16 Aug Next Generation Financial Consolidations
Corporate accounting has long been viewed as custodian and curator of financial data. However, whether it’s bringing the data together or distributing the financial results broadly, the financial consolidation process has long been an onerous drudgery of information assembly, validation, and reporting. The consolidation process for many corporate accounting groups is sometimes measured in months, often measured in weeks, but rarely measured in days. Consolidated financial statements group together all the related entities (locations, divisions, subsidiaries, legal structures, etc ) that are under a single parent company’s control. This gives the reader a unified “operational” view of the consolidated entities. In this guide, we discuss next generation financial consolidations.
The financial stakeholders of the parent organization want and need to understand how management has allocated capital and resources into the various lines of business to generate a return. Consolidation eliminates all inter-group activities and balances to report transactions with external third parties as if the entire group of companies was operating as a single entity.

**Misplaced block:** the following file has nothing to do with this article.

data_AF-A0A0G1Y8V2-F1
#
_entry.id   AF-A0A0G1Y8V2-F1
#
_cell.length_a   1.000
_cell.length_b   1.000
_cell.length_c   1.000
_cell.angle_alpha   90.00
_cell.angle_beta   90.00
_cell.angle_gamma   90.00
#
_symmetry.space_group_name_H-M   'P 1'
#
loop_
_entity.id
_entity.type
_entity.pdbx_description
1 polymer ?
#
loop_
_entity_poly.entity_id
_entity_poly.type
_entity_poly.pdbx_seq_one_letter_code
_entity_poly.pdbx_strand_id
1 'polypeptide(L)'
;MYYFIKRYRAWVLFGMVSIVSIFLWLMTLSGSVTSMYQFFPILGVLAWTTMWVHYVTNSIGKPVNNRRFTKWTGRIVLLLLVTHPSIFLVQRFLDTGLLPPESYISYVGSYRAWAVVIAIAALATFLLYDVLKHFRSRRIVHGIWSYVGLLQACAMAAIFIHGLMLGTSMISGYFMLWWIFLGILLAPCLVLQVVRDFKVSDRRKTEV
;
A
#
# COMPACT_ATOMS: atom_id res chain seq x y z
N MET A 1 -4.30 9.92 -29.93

Different legal entities (e g , companies, partnerships, funds) are created by a parent company for a range of reasons and purposes Some are legally driven (e g , limited liability), others are tax driven (e g , optimizing the tax profile), and yet others are strategically driven (e g , international expansion, mergers, and acquisitions). Regardless of the origin of these entities, it doesn’t take long before the corporate organizational chart begins growing tentacles of various subsidiaries and subsidiaries of subsidiaries.
The pace and complexity of today’s business environment is driving financial executives to shift their financial management solution to a system of intelligence, rather than a system of record, a critical part of which is access to continuous, accurate, consolidated financial reporting.
If consolidated financial statements are the desired and necessary outcome to meet stakeholder and regulatory reporting needs, then working backwards, we can chronicle the consolidation process and discuss the challenges of aggregating the balances and transactional activity from the business units. This will set the stage for discussing an approach for improving not only the financial consolidation process, but also augment the analytical and real-time reporting capabilities of the finance